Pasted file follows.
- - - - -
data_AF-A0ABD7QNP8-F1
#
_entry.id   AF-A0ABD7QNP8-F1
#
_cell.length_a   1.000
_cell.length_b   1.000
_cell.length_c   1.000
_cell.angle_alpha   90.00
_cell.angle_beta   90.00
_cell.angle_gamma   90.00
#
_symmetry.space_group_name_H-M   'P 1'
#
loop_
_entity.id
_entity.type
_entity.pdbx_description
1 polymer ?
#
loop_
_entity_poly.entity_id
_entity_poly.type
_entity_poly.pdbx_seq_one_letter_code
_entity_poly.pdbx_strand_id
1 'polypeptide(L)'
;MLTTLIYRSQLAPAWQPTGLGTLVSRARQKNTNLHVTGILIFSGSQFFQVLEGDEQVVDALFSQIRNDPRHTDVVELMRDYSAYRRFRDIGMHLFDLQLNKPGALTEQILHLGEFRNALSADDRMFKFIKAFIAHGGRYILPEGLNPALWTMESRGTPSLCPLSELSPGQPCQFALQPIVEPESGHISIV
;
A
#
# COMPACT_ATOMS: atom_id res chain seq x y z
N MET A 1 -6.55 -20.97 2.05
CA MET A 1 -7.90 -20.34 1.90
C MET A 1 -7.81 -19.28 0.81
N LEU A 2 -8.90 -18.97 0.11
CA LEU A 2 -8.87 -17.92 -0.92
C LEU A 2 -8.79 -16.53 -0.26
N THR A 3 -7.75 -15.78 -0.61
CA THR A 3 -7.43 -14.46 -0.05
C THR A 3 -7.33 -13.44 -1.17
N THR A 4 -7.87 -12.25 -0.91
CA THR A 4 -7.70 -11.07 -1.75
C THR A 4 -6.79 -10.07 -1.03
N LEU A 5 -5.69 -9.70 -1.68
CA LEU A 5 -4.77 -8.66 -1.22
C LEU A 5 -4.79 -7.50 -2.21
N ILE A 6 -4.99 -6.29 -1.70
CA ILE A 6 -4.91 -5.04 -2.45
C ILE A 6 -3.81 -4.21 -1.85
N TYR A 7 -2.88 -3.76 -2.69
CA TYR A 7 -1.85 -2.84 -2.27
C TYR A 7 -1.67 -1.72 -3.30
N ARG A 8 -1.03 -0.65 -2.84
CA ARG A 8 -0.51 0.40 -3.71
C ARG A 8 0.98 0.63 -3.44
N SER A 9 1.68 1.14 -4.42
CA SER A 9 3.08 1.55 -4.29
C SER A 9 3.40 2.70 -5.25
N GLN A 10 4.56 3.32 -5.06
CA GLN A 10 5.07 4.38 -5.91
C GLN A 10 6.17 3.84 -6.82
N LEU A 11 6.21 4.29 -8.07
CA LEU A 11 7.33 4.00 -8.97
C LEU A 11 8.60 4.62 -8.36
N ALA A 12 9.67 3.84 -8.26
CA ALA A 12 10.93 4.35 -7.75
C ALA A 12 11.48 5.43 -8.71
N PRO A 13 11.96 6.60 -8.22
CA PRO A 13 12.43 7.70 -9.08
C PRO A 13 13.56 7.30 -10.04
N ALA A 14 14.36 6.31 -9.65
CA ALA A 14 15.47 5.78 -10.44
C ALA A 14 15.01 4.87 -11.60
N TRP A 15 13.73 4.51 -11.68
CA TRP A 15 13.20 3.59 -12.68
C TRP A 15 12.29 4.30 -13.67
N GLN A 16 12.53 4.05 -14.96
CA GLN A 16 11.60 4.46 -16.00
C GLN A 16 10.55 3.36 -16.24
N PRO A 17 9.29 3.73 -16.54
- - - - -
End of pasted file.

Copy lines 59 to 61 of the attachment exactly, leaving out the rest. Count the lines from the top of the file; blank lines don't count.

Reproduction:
CA GLN A 10 5.07 4.38 -5.91
C GLN A 10 6.17 3.84 -6.82
N LEU A 11 6.21 4.29 -8.07